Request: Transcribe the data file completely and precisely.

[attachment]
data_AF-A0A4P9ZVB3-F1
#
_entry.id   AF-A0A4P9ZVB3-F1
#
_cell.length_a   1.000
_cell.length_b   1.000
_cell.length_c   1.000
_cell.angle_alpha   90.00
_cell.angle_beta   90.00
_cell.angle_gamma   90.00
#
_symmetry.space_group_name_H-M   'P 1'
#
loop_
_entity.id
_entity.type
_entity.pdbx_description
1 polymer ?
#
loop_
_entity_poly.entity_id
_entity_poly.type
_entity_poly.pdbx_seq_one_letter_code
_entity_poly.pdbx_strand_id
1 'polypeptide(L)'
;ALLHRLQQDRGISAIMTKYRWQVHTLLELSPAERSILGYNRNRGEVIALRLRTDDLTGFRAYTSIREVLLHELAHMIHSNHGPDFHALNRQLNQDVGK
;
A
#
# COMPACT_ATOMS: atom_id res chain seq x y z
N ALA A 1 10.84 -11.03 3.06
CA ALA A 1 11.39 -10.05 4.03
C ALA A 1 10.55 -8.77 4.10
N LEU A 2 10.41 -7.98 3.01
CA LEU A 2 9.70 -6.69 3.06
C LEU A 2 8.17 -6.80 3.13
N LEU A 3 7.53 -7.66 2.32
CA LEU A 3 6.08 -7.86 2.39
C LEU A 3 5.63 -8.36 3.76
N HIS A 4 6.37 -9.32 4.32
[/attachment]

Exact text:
data_AF-A0A4P9ZVB3-F1
#
_entry.id   AF-A0A4P9ZVB3-F1
#
_cell.length_a   1.000
_cell.length_b   1.000
_cell.length_c   1.000
_cell.angle_alpha   90.00
_cell.angle_beta   90.00
_cell.angle_gamma   90.00
#
_symmetry.space_group_name_H-M   'P 1'
#
loop_
_entity.id
_entity.type
_entity.pdbx_description
1 polymer ?
#
loop_
_entity_poly.entity_id
_entity_poly.type
_entity_poly.pdbx_seq_one_letter_code
_entity_poly.pdbx_strand_id
1 'polypeptide(L)'
;ALLHRLQQDRGISAIMTKYRWQVHTLLELSPAERSILGYNRNRGEVIALRLRTDDLTGFRAYTSIREVLLHELAHMIHSNHGPDFHALNRQLNQDVGK
;
A
#
# COMPACT_ATOMS: atom_id res chain seq x y z
N ALA A 1 10.84 -11.03 3.06
CA ALA A 1 11.39 -10.05 4.03
C ALA A 1 10.55 -8.77 4.10
N LEU A 2 10.41 -7.98 3.01
CA LEU A 2 9.70 -6.69 3.06
C LEU A 2 8.17 -6.80 3.13
N LEU A 3 7.53 -7.66 2.32
CA LEU A 3 6.08 -7.86 2.39
C LEU A 3 5.63 -8.36 3.76
N HIS A 4 6.37 -9.32 4.32